(No doubt some will say that disaster relief must be the province of the central government everywhere since it alone can pull resources from other parts of the country to meet the needs of those afflicted. First, the evidence suggests that this reasoning is not entirely correct. Many nonprofit and volunteer organizations did a superior job to that of the U. S. government in organizing relief efforts. Second, if New Orleans and the other municipalities in the path of the hurricane had been solely dependent on local resources and planning for the decades prior to Katrina, they might never have ventured to expand their towns and cities in ways that would ultimately endanger so many people.)
This brings me to the argument I am having with many in the peak oil and sustainability movements. Should we focus on trying to get central governments everywhere to embrace policies that address sustainability and a low-energy future at the expense of local initiatives? No doubt many will say we should do both. But, the question is whether both are possible given the urgency of the tasks. Time grows short, and the moment to begin a kind of political triage may already be upon us. We may need to determine which governmental functions at which levels can and need to be saved and which cannot or should not be saved.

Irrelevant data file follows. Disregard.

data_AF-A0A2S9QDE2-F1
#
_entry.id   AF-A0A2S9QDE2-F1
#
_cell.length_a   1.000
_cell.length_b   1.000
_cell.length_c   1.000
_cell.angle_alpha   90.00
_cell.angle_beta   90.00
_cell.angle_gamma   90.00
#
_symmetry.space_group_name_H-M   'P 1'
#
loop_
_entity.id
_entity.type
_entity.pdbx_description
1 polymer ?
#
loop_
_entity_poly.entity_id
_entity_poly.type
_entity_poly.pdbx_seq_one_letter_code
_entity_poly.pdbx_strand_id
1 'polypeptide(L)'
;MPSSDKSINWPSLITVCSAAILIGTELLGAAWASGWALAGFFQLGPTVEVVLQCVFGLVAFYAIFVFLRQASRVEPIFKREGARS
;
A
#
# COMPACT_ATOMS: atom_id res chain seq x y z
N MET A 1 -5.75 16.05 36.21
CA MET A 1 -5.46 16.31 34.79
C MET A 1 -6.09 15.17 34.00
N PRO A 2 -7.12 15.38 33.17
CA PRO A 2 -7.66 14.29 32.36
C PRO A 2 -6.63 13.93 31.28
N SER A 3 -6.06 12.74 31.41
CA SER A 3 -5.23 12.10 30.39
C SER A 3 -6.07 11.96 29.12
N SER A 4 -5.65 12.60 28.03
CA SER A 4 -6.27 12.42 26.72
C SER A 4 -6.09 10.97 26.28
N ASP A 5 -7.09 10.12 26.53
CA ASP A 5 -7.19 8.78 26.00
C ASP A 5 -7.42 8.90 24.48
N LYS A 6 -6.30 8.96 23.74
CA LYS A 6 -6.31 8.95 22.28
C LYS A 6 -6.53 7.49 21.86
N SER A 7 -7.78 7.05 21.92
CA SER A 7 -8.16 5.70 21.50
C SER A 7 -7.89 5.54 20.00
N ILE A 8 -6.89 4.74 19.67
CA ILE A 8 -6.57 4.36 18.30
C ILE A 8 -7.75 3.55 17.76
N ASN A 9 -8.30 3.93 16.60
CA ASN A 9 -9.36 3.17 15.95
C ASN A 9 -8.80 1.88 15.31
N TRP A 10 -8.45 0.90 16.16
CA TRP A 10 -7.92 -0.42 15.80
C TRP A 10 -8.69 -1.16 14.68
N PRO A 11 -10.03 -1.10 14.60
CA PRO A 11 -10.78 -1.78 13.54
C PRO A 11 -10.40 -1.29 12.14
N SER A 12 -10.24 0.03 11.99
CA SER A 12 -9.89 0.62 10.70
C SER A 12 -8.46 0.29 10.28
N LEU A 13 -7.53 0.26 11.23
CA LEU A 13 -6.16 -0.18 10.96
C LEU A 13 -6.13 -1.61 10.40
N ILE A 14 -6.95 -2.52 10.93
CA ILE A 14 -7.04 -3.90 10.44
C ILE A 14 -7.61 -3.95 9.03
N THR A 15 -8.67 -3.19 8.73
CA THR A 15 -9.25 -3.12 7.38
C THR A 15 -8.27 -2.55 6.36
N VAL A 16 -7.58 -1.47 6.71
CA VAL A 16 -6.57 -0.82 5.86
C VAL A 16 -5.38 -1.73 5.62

Surely, we do not want to be lulled into a sense of complacency like those new socialists on Wall Street who are now convinced of the wonders of a government safety net. In fact, when the wealthiest of the wealthy are screaming from New York skyscraper rooftops about the wisdom of government bailouts, it makes me wonder whether I should be running in the other direction. It makes me wonder whether I ought instead to be focusing on making my own community and all its institutions, both public and private, more resilient for the great storm ahead...and simply watch with informed resignation as the centers of power fall into ruin for reasons of bankruptcy, incompetence and impotence borne of organizational obsolescence.